Inside the Fiction Factory – Part 42

Dr Who

I took in the Dr Who Exhibition at the National Museum of Scotland in Edinburgh this week. It was my third visit and as it is finishing up at the end of the month I was keen to go back. I have a museum membership so I have free entry to all the paid exhibitions.

I write science fiction and given some of my earliest television memories are of Dr Who, the influence it has had on me and continues to have is incalculable. It’s the longest running science fiction series in the world and continues to adapt and evolve in response to the changing circumstances and attitudes and the technology that make up our world. One of my earliest memories is of my father coming home from work, all excited about watching a new program on TV that evening. I don’t know why that has stuck with me. I recall sitting down beside him and watching it in awe of the music and the swirling graphics of the time tunnel. The sound of the Tardis still gives me shivers today. The theme music is something I will blog about in another post. It’s funny how a memory like that lingers. He took me to see an exhibition in Glasgow sometime later. I don’t have the details now or what the exhibition was about, but I remember the first Doctor, William Hartnell along with a Dalek was there.

Among the exhibits were a number of the costumes that have featured over the years including my favourite the Daleks. There were also Cybermen, a weeping angel and many other favourites. There was also a glass case containing the many different types of sonic screwdrivers the Doctor has used over the years. There was of course a Tardis and a Tardis console and there were several short films running, discussing for example the science behind the concepts used in the series. I’m into electronics and music so I was thrilled to see the ring modulator which is the gadget they use to produce the voice of the Dalek. It was also used for voicing the Cybermen and for creating other sound effects in the programs.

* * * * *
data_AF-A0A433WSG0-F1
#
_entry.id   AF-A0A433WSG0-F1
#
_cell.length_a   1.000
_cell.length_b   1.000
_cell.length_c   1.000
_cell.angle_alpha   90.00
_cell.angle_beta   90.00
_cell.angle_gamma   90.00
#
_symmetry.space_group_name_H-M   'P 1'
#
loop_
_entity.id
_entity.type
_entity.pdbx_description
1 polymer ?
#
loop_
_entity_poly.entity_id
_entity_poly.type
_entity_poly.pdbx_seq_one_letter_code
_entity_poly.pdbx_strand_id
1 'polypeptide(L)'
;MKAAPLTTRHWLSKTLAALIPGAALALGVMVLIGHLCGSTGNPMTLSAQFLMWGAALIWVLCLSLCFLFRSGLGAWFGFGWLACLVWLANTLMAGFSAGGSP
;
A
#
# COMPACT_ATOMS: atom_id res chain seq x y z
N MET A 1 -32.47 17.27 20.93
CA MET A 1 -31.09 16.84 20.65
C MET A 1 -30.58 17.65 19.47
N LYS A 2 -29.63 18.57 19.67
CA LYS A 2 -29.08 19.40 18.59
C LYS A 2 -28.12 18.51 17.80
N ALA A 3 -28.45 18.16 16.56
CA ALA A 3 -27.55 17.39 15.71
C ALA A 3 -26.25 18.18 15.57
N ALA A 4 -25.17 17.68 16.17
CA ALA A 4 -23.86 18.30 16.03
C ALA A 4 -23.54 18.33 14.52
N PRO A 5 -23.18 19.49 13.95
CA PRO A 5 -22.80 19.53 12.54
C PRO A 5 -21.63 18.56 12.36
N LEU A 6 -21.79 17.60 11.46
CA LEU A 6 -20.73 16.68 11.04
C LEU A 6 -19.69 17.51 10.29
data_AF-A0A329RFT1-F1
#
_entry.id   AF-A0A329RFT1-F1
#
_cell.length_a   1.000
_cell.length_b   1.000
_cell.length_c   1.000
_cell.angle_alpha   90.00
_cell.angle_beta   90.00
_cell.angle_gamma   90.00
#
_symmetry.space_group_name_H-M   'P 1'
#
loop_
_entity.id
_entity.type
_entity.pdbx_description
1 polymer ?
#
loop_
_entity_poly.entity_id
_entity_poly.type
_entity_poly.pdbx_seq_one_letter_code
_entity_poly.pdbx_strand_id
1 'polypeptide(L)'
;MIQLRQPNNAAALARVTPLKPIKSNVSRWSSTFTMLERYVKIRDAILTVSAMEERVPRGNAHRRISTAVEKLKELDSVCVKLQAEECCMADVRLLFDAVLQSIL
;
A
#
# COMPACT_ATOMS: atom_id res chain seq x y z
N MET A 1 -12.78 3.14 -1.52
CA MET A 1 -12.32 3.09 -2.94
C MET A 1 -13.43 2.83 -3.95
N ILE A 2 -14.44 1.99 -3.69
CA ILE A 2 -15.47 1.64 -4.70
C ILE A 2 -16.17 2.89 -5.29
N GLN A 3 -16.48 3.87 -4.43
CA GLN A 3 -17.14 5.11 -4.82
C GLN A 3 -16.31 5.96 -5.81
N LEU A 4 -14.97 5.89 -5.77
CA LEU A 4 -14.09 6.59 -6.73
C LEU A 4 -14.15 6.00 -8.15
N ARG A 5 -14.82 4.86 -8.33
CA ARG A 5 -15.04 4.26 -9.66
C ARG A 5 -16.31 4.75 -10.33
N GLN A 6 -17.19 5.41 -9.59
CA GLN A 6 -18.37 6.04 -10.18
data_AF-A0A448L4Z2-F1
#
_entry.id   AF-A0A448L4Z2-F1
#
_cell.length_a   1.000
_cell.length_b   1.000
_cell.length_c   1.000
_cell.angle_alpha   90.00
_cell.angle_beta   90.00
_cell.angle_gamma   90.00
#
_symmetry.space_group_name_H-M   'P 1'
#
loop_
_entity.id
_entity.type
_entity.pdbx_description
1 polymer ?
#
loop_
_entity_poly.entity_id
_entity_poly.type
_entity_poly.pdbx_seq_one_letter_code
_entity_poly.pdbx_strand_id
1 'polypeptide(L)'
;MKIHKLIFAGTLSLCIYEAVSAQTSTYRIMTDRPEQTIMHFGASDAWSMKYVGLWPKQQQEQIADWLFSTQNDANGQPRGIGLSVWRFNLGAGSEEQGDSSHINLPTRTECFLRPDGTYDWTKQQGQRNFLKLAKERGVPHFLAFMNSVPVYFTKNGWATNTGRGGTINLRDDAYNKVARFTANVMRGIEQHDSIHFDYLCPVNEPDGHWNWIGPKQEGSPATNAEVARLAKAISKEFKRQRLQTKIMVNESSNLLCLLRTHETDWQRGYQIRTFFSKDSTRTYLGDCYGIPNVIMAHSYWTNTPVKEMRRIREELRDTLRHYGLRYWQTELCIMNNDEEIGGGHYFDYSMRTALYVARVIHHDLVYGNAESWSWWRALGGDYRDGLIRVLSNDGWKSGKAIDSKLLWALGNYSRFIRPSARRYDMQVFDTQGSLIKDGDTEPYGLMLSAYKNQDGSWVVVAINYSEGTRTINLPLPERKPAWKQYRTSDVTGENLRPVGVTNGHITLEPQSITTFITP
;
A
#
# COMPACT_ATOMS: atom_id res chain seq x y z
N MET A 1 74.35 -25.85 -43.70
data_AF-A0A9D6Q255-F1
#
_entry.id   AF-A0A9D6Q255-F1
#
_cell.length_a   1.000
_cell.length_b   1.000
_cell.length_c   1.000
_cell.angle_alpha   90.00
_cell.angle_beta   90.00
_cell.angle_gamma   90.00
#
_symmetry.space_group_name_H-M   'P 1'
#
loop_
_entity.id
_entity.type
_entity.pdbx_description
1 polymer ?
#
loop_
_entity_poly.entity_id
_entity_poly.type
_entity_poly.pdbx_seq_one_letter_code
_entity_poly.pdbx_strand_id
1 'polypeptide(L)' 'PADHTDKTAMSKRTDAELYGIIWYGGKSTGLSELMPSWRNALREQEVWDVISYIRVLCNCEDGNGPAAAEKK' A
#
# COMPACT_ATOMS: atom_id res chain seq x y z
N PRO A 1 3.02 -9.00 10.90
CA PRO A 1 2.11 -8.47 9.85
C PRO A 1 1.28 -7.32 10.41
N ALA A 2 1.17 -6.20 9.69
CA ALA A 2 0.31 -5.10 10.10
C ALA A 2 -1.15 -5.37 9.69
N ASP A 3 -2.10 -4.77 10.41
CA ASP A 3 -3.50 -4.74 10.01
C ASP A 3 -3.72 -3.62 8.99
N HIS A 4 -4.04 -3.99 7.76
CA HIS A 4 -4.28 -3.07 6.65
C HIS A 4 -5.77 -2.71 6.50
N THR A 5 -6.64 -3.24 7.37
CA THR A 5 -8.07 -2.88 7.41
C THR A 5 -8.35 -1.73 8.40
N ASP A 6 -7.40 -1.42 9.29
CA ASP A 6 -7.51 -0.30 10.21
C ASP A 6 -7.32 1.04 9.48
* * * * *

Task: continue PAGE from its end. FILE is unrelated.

I used to have toy Daleks as a kid, but unfortunately I no longer have these. I recall having quite a few all made out of plastic. I also had a toy bagatelle with a Dr Who Theme (the Doctor featured was Jon Pertwee). I couldn’t resist buying a model Dalek from the exhibition shop as a souvenir. This one is made out of metal and looks pretty cool. It is now sitting on my writing desk on the base of my lamp, a reminder of my writing roots.

I found the exhibition a real joy and at times emotional. The series was part of my childhood and has been a constant ever since. I experienced a real sense of the passing of time when I was there. The notion of time travel fascinates me and the fantasy series I’m working on called The Clockmaker Conspiracy plays with time and parallel universes. This exhibition allowed me time to review the connections and influence Dr Who has had on me, my reading and my writing. I doubt I would be writing science fiction if it hadn’t been for this program, or my father wanting me to sit with him while he watched it. It’s funny how things work out.


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